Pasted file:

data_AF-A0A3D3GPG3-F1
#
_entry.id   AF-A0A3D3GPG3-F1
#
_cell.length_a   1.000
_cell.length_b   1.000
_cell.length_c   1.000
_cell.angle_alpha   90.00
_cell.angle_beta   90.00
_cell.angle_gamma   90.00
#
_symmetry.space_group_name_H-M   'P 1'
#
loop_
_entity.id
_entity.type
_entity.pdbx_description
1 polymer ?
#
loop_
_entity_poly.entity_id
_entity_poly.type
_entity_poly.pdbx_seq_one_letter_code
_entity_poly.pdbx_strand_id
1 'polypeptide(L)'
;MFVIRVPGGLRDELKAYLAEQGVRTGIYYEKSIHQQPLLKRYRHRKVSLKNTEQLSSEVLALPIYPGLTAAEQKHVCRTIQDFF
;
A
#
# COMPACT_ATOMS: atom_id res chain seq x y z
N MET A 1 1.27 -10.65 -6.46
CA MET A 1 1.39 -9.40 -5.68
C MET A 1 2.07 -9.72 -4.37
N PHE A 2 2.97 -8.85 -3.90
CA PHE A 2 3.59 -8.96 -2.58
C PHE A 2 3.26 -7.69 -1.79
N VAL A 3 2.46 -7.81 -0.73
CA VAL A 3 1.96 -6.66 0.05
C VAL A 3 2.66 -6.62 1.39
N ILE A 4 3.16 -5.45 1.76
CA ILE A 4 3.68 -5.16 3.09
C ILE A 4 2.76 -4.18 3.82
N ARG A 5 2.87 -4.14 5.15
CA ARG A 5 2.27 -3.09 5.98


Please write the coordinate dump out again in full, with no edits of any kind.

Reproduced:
data_AF-A0A3D3GPG3-F1
#
_entry.id   AF-A0A3D3GPG3-F1
#
_cell.length_a   1.000
_cell.length_b   1.000
_cell.length_c   1.000
_cell.angle_alpha   90.00
_cell.angle_beta   90.00
_cell.angle_gamma   90.00
#
_symmetry.space_group_name_H-M   'P 1'
#
loop_
_entity.id
_entity.type
_entity.pdbx_description
1 polymer ?
#
loop_
_entity_poly.entity_id
_entity_poly.type
_entity_poly.pdbx_seq_one_letter_code
_entity_poly.pdbx_strand_id
1 'polypeptide(L)'
;MFVIRVPGGLRDELKAYLAEQGVRTGIYYEKSIHQQPLLKRYRHRKVSLKNTEQLSSEVLALPIYPGLTAAEQKHVCRTIQDFF
;
A
#
# COMPACT_ATOMS: atom_id res chain seq x y z
N MET A 1 1.27 -10.65 -6.46
CA MET A 1 1.39 -9.40 -5.68
C MET A 1 2.07 -9.72 -4.37
N PHE A 2 2.97 -8.85 -3.90
CA PHE A 2 3.59 -8.96 -2.58
C PHE A 2 3.26 -7.69 -1.79
N VAL A 3 2.46 -7.81 -0.73
CA VAL A 3 1.96 -6.66 0.05
C VAL A 3 2.66 -6.62 1.39
N ILE A 4 3.16 -5.45 1.76
CA ILE A 4 3.68 -5.16 3.09
C ILE A 4 2.76 -4.18 3.82
N ARG A 5 2.87 -4.14 5.15
CA ARG A 5 2.27 -3.09 5.98